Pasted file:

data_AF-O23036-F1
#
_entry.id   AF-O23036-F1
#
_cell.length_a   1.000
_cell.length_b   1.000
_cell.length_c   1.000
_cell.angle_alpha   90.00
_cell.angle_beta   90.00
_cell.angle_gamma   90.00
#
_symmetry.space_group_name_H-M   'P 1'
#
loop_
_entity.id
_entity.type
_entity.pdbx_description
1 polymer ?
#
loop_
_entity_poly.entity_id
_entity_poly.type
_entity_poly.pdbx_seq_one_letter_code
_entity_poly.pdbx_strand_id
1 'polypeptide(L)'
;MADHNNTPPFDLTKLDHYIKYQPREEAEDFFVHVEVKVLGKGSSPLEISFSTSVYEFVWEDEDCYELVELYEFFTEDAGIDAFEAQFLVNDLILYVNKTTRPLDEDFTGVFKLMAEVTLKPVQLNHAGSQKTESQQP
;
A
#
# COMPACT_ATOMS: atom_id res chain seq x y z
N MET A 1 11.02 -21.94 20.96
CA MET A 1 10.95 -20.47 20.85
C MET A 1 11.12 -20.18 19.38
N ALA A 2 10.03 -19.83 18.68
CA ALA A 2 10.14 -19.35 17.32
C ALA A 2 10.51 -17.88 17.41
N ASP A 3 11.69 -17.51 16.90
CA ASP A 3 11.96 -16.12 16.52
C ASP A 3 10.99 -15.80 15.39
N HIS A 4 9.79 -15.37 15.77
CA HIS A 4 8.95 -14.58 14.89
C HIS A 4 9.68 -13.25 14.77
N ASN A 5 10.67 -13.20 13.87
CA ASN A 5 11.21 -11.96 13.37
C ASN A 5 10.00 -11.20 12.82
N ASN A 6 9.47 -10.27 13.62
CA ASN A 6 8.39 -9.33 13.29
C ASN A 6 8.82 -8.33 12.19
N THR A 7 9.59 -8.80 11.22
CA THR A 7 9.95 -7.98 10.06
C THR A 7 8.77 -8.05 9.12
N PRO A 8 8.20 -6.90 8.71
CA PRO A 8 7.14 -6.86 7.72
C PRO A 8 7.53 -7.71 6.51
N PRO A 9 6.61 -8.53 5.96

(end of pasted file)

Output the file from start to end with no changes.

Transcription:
data_AF-O23036-F1
#
_entry.id   AF-O23036-F1
#
_cell.length_a   1.000
_cell.length_b   1.000
_cell.length_c   1.000
_cell.angle_alpha   90.00
_cell.angle_beta   90.00
_cell.angle_gamma   90.00
#
_symmetry.space_group_name_H-M   'P 1'
#
loop_
_entity.id
_entity.type
_entity.pdbx_description
1 polymer ?
#
loop_
_entity_poly.entity_id
_entity_poly.type
_entity_poly.pdbx_seq_one_letter_code
_entity_poly.pdbx_strand_id
1 'polypeptide(L)'
;MADHNNTPPFDLTKLDHYIKYQPREEAEDFFVHVEVKVLGKGSSPLEISFSTSVYEFVWEDEDCYELVELYEFFTEDAGIDAFEAQFLVNDLILYVNKTTRPLDEDFTGVFKLMAEVTLKPVQLNHAGSQKTESQQP
;
A
#
# COMPACT_ATOMS: atom_id res chain seq x y z
N MET A 1 11.02 -21.94 20.96
CA MET A 1 10.95 -20.47 20.85
C MET A 1 11.12 -20.18 19.38
N ALA A 2 10.03 -19.83 18.68
CA ALA A 2 10.14 -19.35 17.32
C ALA A 2 10.51 -17.88 17.41
N ASP A 3 11.69 -17.51 16.90
CA ASP A 3 11.96 -16.12 16.52
C ASP A 3 10.99 -15.80 15.39
N HIS A 4 9.79 -15.37 15.77
CA HIS A 4 8.95 -14.58 14.89
C HIS A 4 9.68 -13.25 14.77
N ASN A 5 10.67 -13.20 13.87
CA ASN A 5 11.21 -11.96 13.37
C ASN A 5 10.00 -11.20 12.82
N ASN A 6 9.47 -10.27 13.62
CA ASN A 6 8.39 -9.33 13.29
C ASN A 6 8.82 -8.33 12.19
N THR A 7 9.59 -8.80 11.22
CA THR A 7 9.95 -7.98 10.06
C THR A 7 8.77 -8.05 9.12
N PRO A 8 8.20 -6.90 8.71
CA PRO A 8 7.14 -6.86 7.72
C PRO A 8 7.53 -7.71 6.51
N PRO A 9 6.61 -8.53 5.96